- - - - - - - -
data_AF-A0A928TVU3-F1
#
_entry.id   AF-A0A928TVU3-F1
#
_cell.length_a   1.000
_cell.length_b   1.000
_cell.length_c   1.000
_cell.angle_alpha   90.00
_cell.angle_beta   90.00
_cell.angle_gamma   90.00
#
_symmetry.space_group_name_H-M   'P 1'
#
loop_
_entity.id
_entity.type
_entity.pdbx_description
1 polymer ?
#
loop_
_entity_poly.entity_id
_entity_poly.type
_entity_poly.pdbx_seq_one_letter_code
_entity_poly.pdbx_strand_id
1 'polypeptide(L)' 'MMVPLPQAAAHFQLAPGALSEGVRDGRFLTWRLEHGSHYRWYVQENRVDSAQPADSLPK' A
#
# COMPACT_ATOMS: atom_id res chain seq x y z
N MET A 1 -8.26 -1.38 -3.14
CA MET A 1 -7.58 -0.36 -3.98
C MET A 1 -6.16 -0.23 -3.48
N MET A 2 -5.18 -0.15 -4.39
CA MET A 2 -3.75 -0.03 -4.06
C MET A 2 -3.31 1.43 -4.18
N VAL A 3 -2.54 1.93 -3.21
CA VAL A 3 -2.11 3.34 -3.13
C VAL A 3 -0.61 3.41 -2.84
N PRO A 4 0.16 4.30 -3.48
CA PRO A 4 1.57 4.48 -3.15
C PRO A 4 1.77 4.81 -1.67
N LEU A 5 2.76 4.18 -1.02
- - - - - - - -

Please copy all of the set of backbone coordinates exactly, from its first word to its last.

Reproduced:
data_AF-A0A928TVU3-F1
#
_entry.id   AF-A0A928TVU3-F1
#
_cell.length_a   1.000
_cell.length_b   1.000
_cell.length_c   1.000
_cell.angle_alpha   90.00
_cell.angle_beta   90.00
_cell.angle_gamma   90.00
#
_symmetry.space_group_name_H-M   'P 1'
#
loop_
_entity.id
_entity.type
_entity.pdbx_description
1 polymer ?
#
loop_
_entity_poly.entity_id
_entity_poly.type
_entity_poly.pdbx_seq_one_letter_code
_entity_poly.pdbx_strand_id
1 'polypeptide(L)' 'MMVPLPQAAAHFQLAPGALSEGVRDGRFLTWRLEHGSHYRWYVQENRVDSAQPADSLPK' A
#
# COMPACT_ATOMS: atom_id res chain seq x y z
N MET A 1 -8.26 -1.38 -3.14
CA MET A 1 -7.58 -0.36 -3.98
C MET A 1 -6.16 -0.23 -3.48
N MET A 2 -5.18 -0.15 -4.39
CA MET A 2 -3.75 -0.03 -4.06
C MET A 2 -3.31 1.43 -4.18
N VAL A 3 -2.54 1.93 -3.21
CA VAL A 3 -2.11 3.34 -3.13
C VAL A 3 -0.61 3.41 -2.84
N PRO A 4 0.16 4.30 -3.48
CA PRO A 4 1.57 4.48 -3.15
C PRO A 4 1.77 4.81 -1.67
N LEU A 5 2.76 4.18 -1.02